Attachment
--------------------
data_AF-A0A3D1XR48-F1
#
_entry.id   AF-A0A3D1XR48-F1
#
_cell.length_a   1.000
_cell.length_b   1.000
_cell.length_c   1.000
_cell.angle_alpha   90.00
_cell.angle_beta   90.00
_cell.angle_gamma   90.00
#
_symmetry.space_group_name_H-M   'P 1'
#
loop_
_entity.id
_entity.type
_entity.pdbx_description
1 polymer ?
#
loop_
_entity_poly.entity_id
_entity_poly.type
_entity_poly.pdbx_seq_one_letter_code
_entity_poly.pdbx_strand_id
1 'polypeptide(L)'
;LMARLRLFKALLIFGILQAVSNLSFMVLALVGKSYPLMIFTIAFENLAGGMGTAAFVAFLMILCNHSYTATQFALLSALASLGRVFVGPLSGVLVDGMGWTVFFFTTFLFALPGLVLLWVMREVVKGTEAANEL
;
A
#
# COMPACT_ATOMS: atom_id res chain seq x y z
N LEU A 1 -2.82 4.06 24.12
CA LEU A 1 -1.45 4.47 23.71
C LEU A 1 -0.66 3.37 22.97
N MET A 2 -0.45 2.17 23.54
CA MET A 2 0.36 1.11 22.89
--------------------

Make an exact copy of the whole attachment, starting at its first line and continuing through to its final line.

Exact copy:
data_AF-A0A3D1XR48-F1
#
_entry.id   AF-A0A3D1XR48-F1
#
_cell.length_a   1.000
_cell.length_b   1.000
_cell.length_c   1.000
_cell.angle_alpha   90.00
_cell.angle_beta   90.00
_cell.angle_gamma   90.00
#
_symmetry.space_group_name_H-M   'P 1'
#
loop_
_entity.id
_entity.type
_entity.pdbx_description
1 polymer ?
#
loop_
_entity_poly.entity_id
_entity_poly.type
_entity_poly.pdbx_seq_one_letter_code
_entity_poly.pdbx_strand_id
1 'polypeptide(L)'
;LMARLRLFKALLIFGILQAVSNLSFMVLALVGKSYPLMIFTIAFENLAGGMGTAAFVAFLMILCNHSYTATQFALLSALASLGRVFVGPLSGVLVDGMGWTVFFFTTFLFALPGLVLLWVMREVVKGTEAANEL
;
A
#
# COMPACT_ATOMS: atom_id res chain seq x y z
N LEU A 1 -2.82 4.06 24.12
CA LEU A 1 -1.45 4.47 23.71
C LEU A 1 -0.66 3.37 22.97
N MET A 2 -0.45 2.17 23.54
CA MET A 2 0.36 1.11 22.89